When you first arrive, read and think widely and exhaustively for a year. Assume that everything you read is bullshit until the author manages to convince you that it isn’t. If you do not understand something, don’t feel bad — it’s not your fault, it’s the author’s. He didn’t write clearly enough.
From one of the best things I have ever read on how to behave as a graduate student, by Yale’s Stephen C. Stearns. The whole thing is written with the same mordant.
Note that the advice above need not be “when you first arrive” (in my case, the entire first year was consumed by core courses), but the sooner the better. I agree with the skeptic angle, though. The earlier you can spot weaknesses in other scholars’ arguments, the better. And lastly, I couldn’t agree more on bad writing (and I’d go even further: do not reward awful writing by citing it).
Here is a little bit more:
Recognize that you cannot produce a “perfect” thesis. There are going to be flaws in it, as there are in everything. Settle down to make it as good as you can within the limits of time, money, energy, encouragement and thought at your disposal.
[M]inimize the number of additional courses you take. This recommendation may seem counterintuitive, but it has a sound basis. Right now, you need to learn how to think for yourself. This requires active engagement, not passive listening and regurgitation.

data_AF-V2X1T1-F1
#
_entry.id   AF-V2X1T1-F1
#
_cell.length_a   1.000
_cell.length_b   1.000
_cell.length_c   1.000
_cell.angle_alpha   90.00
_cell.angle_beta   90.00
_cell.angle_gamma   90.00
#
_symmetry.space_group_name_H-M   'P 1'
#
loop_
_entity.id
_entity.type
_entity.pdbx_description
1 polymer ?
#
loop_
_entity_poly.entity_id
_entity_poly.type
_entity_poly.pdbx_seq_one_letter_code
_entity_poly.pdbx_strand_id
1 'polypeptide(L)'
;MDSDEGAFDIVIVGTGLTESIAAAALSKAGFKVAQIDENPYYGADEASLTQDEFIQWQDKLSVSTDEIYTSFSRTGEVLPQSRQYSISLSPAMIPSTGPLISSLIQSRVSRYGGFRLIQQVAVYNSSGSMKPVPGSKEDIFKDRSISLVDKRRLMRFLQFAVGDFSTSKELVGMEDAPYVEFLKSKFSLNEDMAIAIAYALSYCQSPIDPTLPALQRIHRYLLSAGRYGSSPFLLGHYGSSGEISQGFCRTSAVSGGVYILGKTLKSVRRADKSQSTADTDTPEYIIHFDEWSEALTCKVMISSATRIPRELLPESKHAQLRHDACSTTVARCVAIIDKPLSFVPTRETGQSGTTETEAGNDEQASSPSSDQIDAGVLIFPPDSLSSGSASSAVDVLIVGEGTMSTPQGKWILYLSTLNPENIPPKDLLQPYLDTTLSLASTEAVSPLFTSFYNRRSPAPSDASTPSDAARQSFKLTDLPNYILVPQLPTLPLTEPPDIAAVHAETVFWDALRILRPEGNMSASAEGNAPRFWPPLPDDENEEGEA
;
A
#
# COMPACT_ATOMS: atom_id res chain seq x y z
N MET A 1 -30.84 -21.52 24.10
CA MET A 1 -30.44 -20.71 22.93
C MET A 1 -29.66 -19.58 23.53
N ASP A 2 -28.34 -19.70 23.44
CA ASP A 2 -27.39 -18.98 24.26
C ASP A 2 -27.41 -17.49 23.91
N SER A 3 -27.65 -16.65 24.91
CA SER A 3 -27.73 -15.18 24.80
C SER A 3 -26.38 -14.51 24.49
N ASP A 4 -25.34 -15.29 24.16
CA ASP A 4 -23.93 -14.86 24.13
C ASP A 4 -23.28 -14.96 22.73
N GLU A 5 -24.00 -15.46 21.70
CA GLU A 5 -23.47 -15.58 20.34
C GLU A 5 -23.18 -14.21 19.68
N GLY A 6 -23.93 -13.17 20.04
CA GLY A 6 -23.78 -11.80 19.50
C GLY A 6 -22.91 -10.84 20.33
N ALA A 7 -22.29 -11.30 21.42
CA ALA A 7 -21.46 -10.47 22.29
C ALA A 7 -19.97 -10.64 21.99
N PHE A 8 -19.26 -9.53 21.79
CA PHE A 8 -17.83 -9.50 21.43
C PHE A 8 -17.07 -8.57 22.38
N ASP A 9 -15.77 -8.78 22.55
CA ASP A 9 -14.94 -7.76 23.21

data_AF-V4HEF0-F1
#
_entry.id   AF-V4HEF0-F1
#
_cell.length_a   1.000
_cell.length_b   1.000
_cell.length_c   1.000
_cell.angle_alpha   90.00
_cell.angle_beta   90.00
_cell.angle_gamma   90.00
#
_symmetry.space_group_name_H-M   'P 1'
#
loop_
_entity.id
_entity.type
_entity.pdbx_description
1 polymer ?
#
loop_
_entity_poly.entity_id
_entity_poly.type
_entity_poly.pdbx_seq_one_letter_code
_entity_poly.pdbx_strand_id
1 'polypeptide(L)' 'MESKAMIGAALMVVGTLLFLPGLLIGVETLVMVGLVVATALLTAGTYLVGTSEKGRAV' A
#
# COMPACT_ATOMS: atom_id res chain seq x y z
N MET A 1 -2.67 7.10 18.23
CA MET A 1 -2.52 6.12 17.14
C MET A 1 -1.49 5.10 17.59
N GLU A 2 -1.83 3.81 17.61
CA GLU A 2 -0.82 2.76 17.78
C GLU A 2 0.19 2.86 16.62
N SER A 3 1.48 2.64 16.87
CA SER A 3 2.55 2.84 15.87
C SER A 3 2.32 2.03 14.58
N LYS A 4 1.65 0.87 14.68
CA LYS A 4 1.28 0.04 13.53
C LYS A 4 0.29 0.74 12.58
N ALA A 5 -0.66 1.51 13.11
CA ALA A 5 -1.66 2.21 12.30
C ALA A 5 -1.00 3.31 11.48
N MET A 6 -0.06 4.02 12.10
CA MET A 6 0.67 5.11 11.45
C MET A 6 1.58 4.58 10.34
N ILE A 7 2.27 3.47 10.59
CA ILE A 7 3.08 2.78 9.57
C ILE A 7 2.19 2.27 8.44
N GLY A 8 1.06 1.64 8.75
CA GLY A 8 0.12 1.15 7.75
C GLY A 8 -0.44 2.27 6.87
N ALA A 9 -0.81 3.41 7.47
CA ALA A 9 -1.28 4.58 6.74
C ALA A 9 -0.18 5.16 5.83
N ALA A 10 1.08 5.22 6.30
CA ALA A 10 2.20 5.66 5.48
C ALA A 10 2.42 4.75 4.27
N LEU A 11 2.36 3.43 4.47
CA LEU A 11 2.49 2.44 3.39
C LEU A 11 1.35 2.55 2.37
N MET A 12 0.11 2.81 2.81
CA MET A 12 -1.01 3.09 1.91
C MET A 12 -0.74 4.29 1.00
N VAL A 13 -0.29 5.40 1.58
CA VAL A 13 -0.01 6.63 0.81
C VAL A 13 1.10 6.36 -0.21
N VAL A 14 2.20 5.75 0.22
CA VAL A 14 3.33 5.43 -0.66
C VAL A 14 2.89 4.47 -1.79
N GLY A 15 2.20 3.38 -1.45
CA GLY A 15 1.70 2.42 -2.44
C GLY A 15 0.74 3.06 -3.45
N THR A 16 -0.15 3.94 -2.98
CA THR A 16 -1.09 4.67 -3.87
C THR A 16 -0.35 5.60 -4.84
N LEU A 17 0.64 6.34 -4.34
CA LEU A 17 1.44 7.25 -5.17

To learn to think, you need two things: large blocks of time, and as much one-on-one interaction as you can get with someone who thinks more clearly than you do.
Courses just get in the way, and if you are well-motivated, then reading and discussion is much more efficient and broadening than lectures. It is often a good idea to get together with a few colleagues, organize a seminar on a subject of interest, and invite a few faculty to take part.
I was fortunate enough to have large blocks of time during the eight months I spent collecting data in Madagascar in 2004. I spent those large blocks of time reading seminal papers in the literature (i.e., contract theory) surrounding my research topic (i.e., agrarian contracts).
Perhaps more importantly, I was fortunate to have top-notch advisors (see here and here) who, even though they were incredibly busy, would always make time to meet with students, listen to their ideas, and challenge those ideas constructively.
It is in that spirit that I volunteered to run a seminar this year aimed at our second-year PhD students. The seminar will be held four times a year, and every time, it will feature a member of the Sanford faculty who will come and tell our students about a specific research project, from inception to publication and beyond.